FOOTBALL can do amazing things to you.

It can reduce to tears in an instant, while turning you into a raving, screaming bag of hysteria. Quite often being a Scotland fan, it can do both in quick succession.

That point was brutally illustrated of course last weekend when Scotland snatched a stalemate from the jaws of victory with the 2-2 draw with England.

Away from the realisation that Leigh Griffiths is undoubtedly Scotland's first choice striker from now on - it really shouldn't have been in doubt in the first place - a strong case was put forward in the defence for something else. Hampden.

The old ground is no stranger to criticism. It's too big. It's too small. The view isn't good. It's not what it used to be. You know what, it probably isn't.

But the much-maligned national stadium was perhaps a bigger surprise last weekend than the result itself. After years of being dormant, it erupted like Krakatoa with each Griffiths free-kick.

The word bedlam doesn't even cover it. The deep stands around the Hampden pitch took to life, the sight of stairwells vanished beneath thousands of people spilling out of their seats in wild celebration. And that was just the press box. To say one or two of us 'lost our shape' is putting it mildly.

The noise around the place was deafening. I'm too young to remember what the 'old Hampden roar' sounded like - my first jaunt to Hampden was in 1998 - and no doubt our head of sport, who takes great delight in telling us young 'uns how we know heehaw, will inform me that the noise generated on Saturday was like a constipated wasp passing wind in comparison to the good old days.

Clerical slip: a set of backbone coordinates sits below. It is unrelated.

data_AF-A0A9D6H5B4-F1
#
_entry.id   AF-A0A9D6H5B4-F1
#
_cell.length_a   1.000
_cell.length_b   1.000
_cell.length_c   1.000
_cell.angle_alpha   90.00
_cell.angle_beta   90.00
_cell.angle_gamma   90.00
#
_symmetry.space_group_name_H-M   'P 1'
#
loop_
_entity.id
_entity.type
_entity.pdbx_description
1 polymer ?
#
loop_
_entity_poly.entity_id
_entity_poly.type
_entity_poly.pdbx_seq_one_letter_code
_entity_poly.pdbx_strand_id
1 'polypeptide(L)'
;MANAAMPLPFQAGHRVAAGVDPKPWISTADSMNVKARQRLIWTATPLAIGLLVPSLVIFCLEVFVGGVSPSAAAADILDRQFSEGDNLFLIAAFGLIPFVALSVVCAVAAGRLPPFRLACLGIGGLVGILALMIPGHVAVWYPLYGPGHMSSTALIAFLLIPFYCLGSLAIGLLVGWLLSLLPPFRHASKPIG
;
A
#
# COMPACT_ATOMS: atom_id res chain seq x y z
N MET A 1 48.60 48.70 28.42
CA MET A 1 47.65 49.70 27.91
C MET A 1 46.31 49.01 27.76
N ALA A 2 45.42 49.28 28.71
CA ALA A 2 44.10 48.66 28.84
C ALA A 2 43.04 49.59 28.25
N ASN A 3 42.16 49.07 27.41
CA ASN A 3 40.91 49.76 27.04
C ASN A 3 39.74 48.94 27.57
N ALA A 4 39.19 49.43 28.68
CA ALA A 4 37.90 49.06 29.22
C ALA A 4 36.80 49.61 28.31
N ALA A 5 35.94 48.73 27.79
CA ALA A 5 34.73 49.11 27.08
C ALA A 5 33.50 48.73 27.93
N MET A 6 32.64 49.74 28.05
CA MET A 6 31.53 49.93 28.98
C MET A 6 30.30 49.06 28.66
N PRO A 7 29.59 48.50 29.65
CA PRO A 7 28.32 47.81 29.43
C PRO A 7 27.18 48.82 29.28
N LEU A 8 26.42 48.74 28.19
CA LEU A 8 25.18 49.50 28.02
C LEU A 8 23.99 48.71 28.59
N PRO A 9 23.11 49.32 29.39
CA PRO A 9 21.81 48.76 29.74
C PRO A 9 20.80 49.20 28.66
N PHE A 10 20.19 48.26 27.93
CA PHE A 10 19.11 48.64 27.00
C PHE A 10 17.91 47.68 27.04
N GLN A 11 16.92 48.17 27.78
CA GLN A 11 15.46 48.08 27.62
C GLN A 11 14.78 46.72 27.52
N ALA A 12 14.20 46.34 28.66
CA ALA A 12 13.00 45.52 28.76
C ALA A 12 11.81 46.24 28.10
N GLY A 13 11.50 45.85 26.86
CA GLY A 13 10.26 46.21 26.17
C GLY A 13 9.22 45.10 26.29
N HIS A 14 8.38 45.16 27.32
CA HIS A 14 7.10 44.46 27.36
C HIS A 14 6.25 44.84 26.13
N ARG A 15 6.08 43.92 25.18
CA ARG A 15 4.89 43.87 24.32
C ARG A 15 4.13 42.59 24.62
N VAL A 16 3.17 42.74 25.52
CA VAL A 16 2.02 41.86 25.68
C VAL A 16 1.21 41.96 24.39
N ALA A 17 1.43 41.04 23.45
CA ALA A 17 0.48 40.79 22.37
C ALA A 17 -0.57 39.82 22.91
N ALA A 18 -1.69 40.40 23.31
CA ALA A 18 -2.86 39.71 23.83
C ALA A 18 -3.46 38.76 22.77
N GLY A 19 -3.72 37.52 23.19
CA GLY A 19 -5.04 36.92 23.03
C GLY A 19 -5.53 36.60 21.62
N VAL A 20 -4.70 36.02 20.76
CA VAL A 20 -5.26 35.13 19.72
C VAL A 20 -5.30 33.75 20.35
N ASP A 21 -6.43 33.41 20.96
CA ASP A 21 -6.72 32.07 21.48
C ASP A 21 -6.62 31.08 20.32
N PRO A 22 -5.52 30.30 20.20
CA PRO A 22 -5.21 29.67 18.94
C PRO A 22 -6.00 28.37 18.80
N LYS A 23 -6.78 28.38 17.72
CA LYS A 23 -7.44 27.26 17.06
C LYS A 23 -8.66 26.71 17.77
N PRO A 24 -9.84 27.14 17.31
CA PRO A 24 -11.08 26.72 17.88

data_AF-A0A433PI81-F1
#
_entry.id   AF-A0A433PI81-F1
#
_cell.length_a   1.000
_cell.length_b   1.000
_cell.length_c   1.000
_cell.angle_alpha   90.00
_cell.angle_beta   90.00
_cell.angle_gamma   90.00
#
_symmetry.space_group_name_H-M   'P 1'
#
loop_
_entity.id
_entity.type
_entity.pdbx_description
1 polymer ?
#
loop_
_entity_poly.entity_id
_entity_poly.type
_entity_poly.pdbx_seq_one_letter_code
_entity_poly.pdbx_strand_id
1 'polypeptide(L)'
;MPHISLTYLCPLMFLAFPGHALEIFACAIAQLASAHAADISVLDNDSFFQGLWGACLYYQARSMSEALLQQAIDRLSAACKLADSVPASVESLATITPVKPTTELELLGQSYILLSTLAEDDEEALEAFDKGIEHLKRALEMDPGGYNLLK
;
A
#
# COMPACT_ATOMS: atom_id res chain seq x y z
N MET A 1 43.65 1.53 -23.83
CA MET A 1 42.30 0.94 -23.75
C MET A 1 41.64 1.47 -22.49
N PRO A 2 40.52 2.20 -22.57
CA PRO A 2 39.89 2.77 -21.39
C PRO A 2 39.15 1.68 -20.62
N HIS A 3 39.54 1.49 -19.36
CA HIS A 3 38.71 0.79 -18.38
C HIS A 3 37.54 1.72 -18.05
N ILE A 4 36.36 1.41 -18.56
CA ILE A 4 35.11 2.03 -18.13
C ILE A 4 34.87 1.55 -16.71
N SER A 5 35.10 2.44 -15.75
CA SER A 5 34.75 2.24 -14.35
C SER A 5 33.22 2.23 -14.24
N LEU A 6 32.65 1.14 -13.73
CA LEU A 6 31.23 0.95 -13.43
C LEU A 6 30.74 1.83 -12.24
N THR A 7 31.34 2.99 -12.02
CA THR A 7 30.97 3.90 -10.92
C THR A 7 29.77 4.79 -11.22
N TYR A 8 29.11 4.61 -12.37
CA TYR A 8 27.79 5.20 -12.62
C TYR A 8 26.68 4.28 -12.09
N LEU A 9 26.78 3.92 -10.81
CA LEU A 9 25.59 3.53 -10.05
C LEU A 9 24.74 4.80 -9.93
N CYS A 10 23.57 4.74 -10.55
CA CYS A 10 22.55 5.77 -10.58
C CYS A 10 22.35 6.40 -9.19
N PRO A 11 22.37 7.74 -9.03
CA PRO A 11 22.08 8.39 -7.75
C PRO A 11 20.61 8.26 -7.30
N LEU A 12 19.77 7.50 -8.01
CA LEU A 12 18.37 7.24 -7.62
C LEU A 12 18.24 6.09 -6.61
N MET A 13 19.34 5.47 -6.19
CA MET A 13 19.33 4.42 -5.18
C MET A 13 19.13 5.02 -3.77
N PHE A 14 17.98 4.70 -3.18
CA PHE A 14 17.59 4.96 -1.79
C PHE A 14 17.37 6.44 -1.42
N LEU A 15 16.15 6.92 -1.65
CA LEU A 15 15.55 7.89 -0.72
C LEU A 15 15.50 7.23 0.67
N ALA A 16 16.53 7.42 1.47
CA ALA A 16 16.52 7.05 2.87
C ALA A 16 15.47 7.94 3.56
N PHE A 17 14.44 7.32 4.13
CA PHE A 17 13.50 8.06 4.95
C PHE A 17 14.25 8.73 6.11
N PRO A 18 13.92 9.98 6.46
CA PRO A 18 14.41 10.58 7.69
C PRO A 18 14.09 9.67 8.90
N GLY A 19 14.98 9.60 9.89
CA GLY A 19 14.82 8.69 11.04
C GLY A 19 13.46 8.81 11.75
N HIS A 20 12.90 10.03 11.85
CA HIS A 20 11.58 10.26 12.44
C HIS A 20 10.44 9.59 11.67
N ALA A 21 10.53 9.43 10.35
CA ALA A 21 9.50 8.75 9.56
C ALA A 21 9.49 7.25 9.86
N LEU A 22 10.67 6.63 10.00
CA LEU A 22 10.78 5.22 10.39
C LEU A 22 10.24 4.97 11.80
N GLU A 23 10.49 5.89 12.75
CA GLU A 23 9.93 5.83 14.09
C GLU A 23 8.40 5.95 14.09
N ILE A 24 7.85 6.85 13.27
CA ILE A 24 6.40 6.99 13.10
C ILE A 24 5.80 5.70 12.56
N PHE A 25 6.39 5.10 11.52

Well, for once he may be right. But I don't care.

Regular sufferers of this nonsense will remember last week's column where I called on this game to inspire the next generation of not just Scotland fans but Scottish footbal fans.

Undoubtedly the team delivered, and so did the stadium. Being there was a special, special moment that just wouldn't have been the same if it was anywhere else. Hampden is Scottish football's spiritual home and it's time we accepted that.

Yes, it's not perfect. It's a bit of a nightmare at times. But it's our nightmare.

The images of the scenes around the ground beaming across the world on television and on social media will live on for years to come. They will become part of Scottish football folklore just like Gary Caldwell's goal against France and the other great games that have taken place on that piece of Mount Florida turf.

I've previously written that the time may be up for Hampden as it's not fit for purpose. And the second part of that is still true, but it's time the SFA and those who run the stadium sit down and come up with a compromise.

The lease is due up in 2020 and already Stewart Regan has made noises about exploring other options. The SPFL have also said the will leave if the SFA do. For what it's worth the quotes from Regan smacks of someone trying to get cheaper rent.

Scottish football's showpiece matches should be played at Hampden but that doesn't mean in its current form. It's about time a decision was made to fix the place to make it more fan friendly, starting with bring the East and West Stands closer to the park. It's the main complaint from fans and would solve a lot of problems in one go. While you're at it, continue the top tier from the South Stand around behind the goals to provide a second tier that could be open for bigger matches, thus creating the right atmosphere.

Yes, it won't be cheap, but it has to be done. The SFA won't want to pay for it as it's not their stadium, but maybe the ownership of the national stadium should be looked at in order to raise revenue to complete a facelift.

Queen's Park proudly boast the arena is theirs. And it is. But, let's be honest, it's an utter nonsense. If it wasn't for cup finals, semi-finals and Scotland matches the place would likely go bust. The Spiders are not in a strong bargaining position.

Last weekend Hampden provided another iconic Scottish football moment. Those in charge of our game and Queen's Park must put self interest aside and do what's right to make sure she gives us plenty more.